'No Time to Die' raises a few more questions about the spy's past.
Warning: This article reveals a few spoilers.
Last weekend I finally got to see the new James Bond film, No Time to Die. As a fervent fan of 007, I’d been dying to see the film and was absolutely delighted that it was a lengthy 2 hours 45 minutes. So with popcorn, drinks and older kids at the ready, we prepared to be taken into the world of adventure, espionage, and the odd corny joke.
But first and foremost in my head was the burning question: “Will we discover more about James Bond’s religion?” I’d been wondering that for a while.
In the second to last Bond film, Skyfall, viewers were taken to Bond’s family mansion in Scotland, where, amongst the fighting and occasional explosion, we caught sight of a priest hideout that was used during the Protestant Reformation under Elizabeth I by recusant Catholics trying to practice their faith in secret.
This led some viewers to wonder: If Bond’s family were Catholics, where did this leave the spy himself?
This curiosity was piqued once more in the last Bond film, Spectre, in which 007’s response to his love-interest, Madeleine Swann, about what he would have become had he not joined the intelligent services was, “Well, it was either that or the priesthood.”
Of course, this was said in the typical glib Bond style, but still, it was an interesting alternative career choice for 007 — far removed from his profession as a spy.
In the initial scenes of the latest Bond blockbuster, we are taken on a trip to Italy’s coastal city of Matera. While the audience is quickly embroiled in an impressive car chase, behind the screeching tires we witness a tradition similar to that of “The Burning of Judas.”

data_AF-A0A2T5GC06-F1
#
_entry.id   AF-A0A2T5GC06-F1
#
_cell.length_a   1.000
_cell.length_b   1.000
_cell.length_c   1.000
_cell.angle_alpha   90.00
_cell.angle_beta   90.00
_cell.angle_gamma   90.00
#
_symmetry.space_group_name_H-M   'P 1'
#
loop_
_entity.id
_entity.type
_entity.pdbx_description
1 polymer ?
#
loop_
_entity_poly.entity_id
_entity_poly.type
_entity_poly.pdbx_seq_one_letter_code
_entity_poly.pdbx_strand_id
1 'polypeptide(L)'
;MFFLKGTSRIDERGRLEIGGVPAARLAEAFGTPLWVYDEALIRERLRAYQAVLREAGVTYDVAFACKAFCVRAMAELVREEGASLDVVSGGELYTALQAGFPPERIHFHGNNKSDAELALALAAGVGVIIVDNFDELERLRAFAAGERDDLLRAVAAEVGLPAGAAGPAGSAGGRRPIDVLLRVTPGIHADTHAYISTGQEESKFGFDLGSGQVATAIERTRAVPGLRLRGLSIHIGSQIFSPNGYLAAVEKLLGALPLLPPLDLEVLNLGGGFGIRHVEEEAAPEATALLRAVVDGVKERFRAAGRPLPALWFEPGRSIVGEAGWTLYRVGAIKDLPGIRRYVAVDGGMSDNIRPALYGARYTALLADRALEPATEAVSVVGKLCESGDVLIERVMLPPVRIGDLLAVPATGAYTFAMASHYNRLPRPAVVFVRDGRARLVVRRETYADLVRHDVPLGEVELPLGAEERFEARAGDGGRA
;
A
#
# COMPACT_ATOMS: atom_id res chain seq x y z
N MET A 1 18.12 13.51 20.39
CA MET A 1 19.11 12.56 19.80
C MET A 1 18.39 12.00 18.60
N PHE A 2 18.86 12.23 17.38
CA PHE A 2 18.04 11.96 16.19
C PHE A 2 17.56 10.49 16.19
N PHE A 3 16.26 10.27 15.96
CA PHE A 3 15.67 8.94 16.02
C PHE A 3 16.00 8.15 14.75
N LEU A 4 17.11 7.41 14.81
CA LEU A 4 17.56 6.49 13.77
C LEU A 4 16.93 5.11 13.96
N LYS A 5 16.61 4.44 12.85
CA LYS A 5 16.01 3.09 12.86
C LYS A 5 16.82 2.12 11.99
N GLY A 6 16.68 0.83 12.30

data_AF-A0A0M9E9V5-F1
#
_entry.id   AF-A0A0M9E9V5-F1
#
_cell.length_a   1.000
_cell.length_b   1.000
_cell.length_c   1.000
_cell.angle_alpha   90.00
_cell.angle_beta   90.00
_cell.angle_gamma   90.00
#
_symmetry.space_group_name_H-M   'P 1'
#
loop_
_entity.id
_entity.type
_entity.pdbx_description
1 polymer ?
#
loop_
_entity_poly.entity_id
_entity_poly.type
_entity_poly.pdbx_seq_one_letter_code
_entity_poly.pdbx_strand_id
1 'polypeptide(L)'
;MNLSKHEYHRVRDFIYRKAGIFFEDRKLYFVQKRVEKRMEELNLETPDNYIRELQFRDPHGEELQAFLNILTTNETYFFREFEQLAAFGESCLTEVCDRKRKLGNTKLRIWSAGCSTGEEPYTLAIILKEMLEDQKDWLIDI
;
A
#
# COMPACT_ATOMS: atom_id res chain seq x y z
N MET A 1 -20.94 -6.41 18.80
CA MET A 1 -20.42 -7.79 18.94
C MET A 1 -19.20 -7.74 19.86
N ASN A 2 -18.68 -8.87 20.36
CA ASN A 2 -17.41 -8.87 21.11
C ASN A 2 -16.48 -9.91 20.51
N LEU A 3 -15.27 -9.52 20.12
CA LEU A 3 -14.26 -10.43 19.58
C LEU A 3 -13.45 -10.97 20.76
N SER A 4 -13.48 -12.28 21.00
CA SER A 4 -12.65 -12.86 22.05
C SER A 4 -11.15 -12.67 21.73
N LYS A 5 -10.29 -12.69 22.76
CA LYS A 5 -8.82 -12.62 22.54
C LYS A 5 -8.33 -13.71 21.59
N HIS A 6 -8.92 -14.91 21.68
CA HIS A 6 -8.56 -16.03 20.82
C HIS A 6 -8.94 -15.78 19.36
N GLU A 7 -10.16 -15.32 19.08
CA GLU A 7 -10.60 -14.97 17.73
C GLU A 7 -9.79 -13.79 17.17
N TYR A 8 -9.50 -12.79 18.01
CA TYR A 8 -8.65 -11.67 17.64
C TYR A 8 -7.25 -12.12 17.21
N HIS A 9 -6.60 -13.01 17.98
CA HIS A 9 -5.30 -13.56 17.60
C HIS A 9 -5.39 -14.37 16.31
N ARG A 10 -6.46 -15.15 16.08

In keeping with the local tradition, people write the names of those that have caused them pain, and then burn the paper, a symbolic fire that burns away any grudges, and allows the person to forgive.
In the short time Bond is in Matera, between escaping death multiple times, he writes down the name of his past love, Vespa, who betrayed him, and he burns the paper. Was this the beginning of 007, a man with a license to kill, discovering the virtue of showing mercy?
Interestingly, as the film progresses, we see less of the misogynist Bond, and more of a man embracing love, with a desire to protect those he cares about, rather than just save the world from a “regular” devastating terrorist attack.
This change in 007 hasn’t gone unnoticed — in fact many critics have felt he’d become too far removed from Fleming’s initial character. But maybe this was a reflection on the actor who has incarnated Bond for the last five films — Daniel Craig.
Craig hasn’t hidden the fact he wasn’t overly comfortable taking part in gratuitous sex scenes, common in the past Bond films. In fact, over his 15 years as Bond, the British actor has developed his character to focus more on the job in hand, and the scantily-clad Bond girls of yesteryear have been replaced by women of greater virtue, skills, and talent.
While I’m dying to discuss the final scenes in the movie, with Bond dodging bullets, trying to prevent the spread of a genetically-engineered virus, and setting things straight with his colleague — the other 007 — and his love interest, Madeleine Swann, I think it’s interesting to note that while this Bond film is a goodbye to Daniel Craig’s tenure as 007, perhaps it’s also a beginning to a new Bond era.
A spy who seems a little less merciless, who’s capable of love and sacrifice, and one who might even respect women … maybe Commander Bond is slowly returning to his Catholic heritage? In the end, perhaps 007 is on the road to becoming the hero we’ve always wanted him to be — with the usual impressive gadgets that don’t disappoint.